“What is the difference between the cost of your system and that of the old?” I asked Mr. Kipp.
“I would not care to quote figures but the cost is a little more than coal.” was the reply. “Less than five per cent of our customers are renters, and they consider comfort and convenience ahead of monetary costs.”
“Comfort and convenience”—that is the slogan of Smokeless Suburbia!
Consider for a moment some of these conveniences! First of all, there is a guarantee of uniform heat. A cunning combination of clock, thermometer and motor maintains an even temperature over a long period of time. Thermostatic control it is called. “If you want a temperature of fifty-five degrees until four o’clock,” I was told, “all you do is set the clock and the temperature, and you know that there will be no change until four o’clock. If the temperature rises, the steam is automatically shut off; if the temperature starts to fall, the steam is automatically turned on.”
Another contrivance transforms steam into hot water, and that is a boon beyond price.
Think, too, of the work and the worry eliminated, thanks to this heating system ! Dust and ashes and soot no longer descend in clouds upon furniture and food, and any housewife will tell you what that means to her. Father makes no more trips to the basement to keep the home fires burning—for, as likely as not, there is no furnace in the basement. Fire risks are reduced. The backyard is no longer cluttered with ashes, with lumps of coal and all the impedimenta for maintaining fires. The coal shovel lies neglected in a corner. The delightful exercise of the wood-pile is a lost art.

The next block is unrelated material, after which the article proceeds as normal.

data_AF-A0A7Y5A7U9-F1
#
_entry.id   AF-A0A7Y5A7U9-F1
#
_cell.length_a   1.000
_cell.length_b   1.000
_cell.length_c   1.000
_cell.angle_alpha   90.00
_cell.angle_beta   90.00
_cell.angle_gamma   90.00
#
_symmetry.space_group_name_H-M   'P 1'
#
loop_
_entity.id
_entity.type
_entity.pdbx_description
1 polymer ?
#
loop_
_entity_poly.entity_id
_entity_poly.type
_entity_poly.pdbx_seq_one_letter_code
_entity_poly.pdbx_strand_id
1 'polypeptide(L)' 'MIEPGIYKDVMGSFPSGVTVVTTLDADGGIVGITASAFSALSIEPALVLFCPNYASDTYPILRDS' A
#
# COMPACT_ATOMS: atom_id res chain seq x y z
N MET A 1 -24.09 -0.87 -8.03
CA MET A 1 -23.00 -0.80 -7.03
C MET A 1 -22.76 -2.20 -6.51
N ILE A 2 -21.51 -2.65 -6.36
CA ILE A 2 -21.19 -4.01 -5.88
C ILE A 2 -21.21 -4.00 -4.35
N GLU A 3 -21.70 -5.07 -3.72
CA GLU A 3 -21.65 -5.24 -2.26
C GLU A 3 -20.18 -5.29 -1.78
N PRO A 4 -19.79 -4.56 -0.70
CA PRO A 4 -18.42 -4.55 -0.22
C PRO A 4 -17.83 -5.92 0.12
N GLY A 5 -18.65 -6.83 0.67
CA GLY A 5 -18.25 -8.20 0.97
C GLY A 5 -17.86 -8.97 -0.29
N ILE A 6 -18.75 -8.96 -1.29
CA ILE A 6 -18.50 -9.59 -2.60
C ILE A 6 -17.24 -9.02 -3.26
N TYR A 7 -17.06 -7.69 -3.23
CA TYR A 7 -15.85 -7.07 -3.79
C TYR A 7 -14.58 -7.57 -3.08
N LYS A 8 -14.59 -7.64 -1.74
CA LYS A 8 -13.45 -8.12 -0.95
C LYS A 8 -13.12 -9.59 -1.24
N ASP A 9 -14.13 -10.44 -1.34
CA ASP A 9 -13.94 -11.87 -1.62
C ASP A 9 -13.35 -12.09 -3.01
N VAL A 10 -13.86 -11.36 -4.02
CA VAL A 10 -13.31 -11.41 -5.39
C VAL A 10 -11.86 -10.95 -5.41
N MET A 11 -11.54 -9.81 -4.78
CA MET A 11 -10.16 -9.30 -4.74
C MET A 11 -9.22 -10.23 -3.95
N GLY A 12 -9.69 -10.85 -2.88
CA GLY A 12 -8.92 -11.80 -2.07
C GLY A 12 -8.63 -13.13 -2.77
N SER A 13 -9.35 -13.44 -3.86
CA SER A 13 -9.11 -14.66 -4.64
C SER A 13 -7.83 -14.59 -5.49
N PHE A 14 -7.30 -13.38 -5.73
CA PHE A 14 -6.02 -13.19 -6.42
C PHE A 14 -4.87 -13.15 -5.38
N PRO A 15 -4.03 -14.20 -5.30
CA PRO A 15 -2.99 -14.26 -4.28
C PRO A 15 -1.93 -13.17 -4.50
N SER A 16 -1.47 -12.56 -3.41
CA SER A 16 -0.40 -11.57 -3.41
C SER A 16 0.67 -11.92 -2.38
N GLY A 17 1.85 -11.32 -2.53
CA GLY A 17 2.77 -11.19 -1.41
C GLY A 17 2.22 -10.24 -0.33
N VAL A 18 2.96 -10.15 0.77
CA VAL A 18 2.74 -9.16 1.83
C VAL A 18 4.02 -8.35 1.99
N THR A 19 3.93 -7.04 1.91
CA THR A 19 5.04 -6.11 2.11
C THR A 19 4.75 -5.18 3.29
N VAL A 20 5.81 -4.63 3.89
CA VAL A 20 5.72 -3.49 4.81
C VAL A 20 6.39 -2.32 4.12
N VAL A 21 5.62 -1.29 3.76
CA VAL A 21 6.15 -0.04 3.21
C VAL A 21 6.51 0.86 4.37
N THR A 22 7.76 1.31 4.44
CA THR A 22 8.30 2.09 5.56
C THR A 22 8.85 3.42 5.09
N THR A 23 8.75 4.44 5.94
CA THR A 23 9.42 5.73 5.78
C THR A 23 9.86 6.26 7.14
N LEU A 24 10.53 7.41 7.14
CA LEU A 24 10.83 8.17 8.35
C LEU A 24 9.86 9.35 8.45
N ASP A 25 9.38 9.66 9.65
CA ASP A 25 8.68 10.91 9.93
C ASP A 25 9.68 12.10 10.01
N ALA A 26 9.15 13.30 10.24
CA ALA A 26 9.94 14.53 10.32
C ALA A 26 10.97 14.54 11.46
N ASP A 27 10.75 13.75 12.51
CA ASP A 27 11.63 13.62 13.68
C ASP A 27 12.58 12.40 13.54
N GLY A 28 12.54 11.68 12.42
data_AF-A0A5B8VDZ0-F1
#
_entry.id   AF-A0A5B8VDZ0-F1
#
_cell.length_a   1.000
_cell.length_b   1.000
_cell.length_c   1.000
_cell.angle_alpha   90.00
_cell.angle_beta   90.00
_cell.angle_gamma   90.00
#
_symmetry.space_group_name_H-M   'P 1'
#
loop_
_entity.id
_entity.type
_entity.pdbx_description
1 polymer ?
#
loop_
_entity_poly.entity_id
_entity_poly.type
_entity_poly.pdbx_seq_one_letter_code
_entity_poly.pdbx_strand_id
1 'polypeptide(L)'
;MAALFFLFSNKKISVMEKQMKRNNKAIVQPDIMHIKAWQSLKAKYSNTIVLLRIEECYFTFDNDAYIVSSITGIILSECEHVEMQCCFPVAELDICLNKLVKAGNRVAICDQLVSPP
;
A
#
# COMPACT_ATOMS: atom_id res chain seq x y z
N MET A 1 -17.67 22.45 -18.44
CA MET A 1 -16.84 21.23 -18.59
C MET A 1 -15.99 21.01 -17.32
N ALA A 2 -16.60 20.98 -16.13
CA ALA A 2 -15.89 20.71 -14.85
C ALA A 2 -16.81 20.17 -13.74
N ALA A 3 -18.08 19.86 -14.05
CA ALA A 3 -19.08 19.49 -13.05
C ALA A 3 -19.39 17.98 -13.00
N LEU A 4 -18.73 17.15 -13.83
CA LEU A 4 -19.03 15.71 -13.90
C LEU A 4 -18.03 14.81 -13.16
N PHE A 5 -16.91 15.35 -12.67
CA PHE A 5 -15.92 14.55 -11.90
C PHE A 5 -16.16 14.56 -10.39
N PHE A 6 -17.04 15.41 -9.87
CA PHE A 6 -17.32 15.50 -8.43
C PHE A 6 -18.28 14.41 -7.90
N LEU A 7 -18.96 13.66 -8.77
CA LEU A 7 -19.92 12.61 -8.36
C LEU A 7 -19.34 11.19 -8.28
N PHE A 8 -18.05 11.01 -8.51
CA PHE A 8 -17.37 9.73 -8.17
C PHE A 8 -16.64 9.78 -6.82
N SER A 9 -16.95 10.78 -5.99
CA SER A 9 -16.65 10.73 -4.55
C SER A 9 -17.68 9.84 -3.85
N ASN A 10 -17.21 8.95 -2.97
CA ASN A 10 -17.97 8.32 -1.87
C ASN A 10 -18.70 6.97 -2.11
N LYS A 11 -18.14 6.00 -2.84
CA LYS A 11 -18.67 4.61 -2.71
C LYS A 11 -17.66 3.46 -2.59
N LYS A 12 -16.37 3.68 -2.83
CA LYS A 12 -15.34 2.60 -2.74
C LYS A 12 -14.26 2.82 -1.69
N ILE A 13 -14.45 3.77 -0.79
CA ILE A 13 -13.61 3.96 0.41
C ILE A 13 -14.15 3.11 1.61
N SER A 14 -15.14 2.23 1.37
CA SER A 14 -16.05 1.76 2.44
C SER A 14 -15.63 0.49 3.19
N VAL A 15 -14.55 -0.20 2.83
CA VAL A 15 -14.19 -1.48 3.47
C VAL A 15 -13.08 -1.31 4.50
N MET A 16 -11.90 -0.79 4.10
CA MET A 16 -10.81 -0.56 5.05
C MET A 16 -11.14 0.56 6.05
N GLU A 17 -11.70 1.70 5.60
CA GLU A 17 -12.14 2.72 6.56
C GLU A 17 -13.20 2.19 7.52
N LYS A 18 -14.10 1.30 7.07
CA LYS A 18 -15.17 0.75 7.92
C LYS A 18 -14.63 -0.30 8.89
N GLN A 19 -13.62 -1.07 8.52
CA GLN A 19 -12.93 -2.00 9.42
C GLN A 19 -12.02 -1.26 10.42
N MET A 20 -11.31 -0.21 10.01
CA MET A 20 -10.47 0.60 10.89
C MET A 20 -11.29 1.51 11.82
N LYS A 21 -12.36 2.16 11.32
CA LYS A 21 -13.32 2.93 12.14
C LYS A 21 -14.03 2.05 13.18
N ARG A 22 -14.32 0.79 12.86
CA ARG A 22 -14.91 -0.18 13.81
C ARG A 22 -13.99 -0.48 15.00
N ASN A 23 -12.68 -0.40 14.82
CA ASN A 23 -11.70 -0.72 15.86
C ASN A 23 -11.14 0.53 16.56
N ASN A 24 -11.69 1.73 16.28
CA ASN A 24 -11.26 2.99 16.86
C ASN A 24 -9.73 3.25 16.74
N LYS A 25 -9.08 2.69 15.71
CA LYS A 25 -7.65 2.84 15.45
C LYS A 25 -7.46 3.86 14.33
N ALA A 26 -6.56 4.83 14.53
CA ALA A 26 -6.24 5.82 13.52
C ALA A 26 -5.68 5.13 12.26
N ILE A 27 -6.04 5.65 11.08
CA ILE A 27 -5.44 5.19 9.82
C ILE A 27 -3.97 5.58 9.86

And so it happens that Winnipeg defies King Zero to do his worst. Business men in downtown offices no longer tolerate furnaces and stoves. Their wives are not satisfied with the doubtful heat and undoubted work of basement fires. They demand clean heat, fireless heat, smokeless heat—and they are getting it from heating plants half a mile away. You can’t keep a good town cold!